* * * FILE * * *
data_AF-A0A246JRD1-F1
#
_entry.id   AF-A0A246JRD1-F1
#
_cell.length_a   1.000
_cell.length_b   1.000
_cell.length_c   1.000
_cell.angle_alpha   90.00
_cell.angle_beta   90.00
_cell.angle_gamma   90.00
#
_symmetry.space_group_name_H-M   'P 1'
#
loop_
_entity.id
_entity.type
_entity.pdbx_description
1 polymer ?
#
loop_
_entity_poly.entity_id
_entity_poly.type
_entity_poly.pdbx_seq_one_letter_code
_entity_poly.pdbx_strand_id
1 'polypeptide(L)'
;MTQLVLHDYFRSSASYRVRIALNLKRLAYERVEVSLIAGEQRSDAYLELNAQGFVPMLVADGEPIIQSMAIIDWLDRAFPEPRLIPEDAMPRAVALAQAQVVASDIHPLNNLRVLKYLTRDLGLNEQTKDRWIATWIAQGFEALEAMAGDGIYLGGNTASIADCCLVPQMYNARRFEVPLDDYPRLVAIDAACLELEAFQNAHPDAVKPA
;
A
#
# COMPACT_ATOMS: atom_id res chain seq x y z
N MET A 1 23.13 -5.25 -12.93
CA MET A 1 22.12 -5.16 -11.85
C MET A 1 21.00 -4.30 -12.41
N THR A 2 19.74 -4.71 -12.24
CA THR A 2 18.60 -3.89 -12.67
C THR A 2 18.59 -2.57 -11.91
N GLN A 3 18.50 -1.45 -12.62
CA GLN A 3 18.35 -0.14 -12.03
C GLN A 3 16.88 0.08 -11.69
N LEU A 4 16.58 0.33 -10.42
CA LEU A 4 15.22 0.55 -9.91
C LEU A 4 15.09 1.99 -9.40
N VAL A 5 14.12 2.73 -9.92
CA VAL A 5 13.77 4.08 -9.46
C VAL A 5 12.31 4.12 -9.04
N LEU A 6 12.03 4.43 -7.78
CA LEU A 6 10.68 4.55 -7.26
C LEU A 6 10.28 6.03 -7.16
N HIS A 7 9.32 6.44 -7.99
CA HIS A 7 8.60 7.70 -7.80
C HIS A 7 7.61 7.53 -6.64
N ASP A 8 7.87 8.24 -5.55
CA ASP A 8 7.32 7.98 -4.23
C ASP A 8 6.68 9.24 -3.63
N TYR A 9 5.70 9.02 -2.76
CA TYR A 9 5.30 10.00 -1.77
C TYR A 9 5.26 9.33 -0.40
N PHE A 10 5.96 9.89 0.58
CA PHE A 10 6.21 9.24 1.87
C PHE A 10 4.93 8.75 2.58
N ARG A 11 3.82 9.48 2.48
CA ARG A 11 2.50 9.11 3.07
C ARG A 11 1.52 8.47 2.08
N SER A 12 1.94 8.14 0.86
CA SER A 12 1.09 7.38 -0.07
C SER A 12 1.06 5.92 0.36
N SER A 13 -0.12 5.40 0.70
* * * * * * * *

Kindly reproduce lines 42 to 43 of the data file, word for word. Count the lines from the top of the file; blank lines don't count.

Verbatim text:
C LEU A 4 15.09 1.99 -9.40
N VAL A 5 14.12 2.73 -9.92